Onboarding requires a standardized procedure for welcoming new hires, teaching them what they need to know about the company, and integrating them into the workplace. Here is an example of a typical onboarding workflow, and a template you can modify and use yourself.

Employee onboarding workflow

  • The column to the far left displays each actor in the flow.
  • Each actor (team, department, person) has a lane that identifies when they have control of the work.
  • The column to the far right shows the end result for each actor in the workflow.
  • The trigger for this workflow is the acceptance of an offer letter from the recruiter.
  • The successful outcome for this workflow occurs when the new hire completes onboarding and meets with their new team.

Procurement workflow

Some processes are made up of related workflows. Procurement is a good example of how multiple workflows build a business process that helps the organization meet its goals. Below is an example of a procurement workflow illustrated as a flowchart.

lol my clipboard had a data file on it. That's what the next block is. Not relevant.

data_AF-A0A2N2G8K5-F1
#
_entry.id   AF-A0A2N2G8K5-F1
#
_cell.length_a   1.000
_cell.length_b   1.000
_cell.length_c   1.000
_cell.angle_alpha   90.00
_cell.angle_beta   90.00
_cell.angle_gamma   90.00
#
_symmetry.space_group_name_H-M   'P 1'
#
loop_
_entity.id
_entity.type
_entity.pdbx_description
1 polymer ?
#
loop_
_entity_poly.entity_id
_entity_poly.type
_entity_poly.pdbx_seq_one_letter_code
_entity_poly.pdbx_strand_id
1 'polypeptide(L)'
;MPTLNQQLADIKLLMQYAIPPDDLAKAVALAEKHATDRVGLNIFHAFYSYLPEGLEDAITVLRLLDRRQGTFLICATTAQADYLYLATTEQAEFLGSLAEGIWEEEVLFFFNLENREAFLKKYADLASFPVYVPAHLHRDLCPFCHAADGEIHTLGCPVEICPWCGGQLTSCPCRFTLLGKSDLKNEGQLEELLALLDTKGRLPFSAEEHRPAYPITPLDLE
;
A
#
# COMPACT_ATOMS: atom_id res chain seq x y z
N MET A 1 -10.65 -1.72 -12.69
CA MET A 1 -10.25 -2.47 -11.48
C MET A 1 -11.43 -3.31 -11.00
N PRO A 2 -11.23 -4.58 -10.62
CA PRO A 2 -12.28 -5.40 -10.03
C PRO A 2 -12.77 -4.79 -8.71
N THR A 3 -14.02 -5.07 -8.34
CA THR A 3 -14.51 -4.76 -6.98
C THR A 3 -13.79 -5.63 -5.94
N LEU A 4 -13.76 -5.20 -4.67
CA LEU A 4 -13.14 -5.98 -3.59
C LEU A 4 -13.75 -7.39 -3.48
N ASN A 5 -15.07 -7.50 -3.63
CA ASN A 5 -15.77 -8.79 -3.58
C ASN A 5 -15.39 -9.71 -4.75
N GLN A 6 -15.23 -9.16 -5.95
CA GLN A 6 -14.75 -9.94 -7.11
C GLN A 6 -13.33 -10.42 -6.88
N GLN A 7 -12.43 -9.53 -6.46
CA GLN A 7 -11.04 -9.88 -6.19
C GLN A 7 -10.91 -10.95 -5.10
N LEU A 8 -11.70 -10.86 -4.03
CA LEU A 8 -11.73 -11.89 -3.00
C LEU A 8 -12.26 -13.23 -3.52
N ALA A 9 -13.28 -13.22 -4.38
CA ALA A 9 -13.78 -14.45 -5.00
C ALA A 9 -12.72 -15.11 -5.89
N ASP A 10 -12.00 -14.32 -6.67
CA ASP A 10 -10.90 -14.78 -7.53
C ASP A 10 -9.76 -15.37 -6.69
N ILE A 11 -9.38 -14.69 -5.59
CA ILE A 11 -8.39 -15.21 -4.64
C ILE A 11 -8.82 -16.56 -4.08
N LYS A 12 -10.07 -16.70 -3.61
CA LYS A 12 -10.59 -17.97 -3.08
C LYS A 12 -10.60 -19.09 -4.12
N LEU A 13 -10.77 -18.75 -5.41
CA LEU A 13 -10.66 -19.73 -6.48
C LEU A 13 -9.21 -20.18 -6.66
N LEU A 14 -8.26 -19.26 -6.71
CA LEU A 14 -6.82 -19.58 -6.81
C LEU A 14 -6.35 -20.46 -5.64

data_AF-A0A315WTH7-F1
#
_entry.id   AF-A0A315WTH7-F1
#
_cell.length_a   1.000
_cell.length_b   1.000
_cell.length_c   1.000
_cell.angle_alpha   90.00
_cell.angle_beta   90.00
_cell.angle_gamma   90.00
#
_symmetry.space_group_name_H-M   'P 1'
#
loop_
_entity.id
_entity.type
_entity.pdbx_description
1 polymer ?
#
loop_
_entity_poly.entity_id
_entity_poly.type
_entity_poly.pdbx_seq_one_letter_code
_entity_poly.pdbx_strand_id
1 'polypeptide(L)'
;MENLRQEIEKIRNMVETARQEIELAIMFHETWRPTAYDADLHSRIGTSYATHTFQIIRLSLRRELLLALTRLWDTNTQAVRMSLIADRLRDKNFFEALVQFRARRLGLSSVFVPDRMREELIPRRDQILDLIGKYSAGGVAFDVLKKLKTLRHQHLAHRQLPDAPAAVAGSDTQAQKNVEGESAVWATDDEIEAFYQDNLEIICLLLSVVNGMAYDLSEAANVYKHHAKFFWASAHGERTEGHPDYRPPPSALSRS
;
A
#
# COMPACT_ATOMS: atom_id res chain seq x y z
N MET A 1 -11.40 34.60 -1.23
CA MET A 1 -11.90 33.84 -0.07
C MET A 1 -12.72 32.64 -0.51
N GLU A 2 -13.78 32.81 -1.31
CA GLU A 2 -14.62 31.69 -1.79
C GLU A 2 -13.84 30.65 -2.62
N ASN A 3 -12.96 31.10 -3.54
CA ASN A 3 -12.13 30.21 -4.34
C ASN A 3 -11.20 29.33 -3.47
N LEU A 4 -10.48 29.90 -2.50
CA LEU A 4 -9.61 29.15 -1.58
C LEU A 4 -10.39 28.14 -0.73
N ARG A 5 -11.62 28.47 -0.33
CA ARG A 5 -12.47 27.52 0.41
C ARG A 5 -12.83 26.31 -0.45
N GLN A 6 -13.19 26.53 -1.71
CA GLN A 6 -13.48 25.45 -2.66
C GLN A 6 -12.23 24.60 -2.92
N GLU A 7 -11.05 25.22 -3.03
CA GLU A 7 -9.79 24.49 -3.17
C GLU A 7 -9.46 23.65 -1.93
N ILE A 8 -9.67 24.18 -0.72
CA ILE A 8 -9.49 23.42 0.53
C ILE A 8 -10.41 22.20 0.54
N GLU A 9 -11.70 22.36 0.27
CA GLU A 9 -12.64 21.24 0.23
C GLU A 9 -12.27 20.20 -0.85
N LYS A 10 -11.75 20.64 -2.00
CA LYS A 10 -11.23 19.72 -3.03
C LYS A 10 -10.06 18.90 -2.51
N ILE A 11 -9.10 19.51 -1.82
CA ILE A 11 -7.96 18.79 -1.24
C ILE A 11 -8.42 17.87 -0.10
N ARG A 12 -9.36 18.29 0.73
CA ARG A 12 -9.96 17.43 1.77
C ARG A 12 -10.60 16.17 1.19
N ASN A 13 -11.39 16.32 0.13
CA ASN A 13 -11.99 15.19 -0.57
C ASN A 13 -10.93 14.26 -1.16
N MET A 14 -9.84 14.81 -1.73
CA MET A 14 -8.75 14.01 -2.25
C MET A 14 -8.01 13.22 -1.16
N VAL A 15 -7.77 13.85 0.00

• The procurement process includes several related workflows.
  • The workflow begins with vendor approval.
  • A second workflow is the creation of a purchase order.
  • Once a PO has been approved and sent to the vendor, goods are received.
  • The final workflow in the procurement process is invoice payment.

Reimbursement workflow

Another common and ongoing workplace activity is expense reimbursement. Using a workflow to track requests, receipts, and payment status can help set expectations, manage deadlines, and streamline the process. 

  • The workflow begins when an employee submits a reimbursement request.
  • The next step in the workflow is manager approval.
  • Approval must be sent to the finance department either manually or through automation.
  • The successful outcome for this workflow occurs when the employee receives payment.

Learn more about managing an efficient reimbursement workflow.

Sales pipeline workflow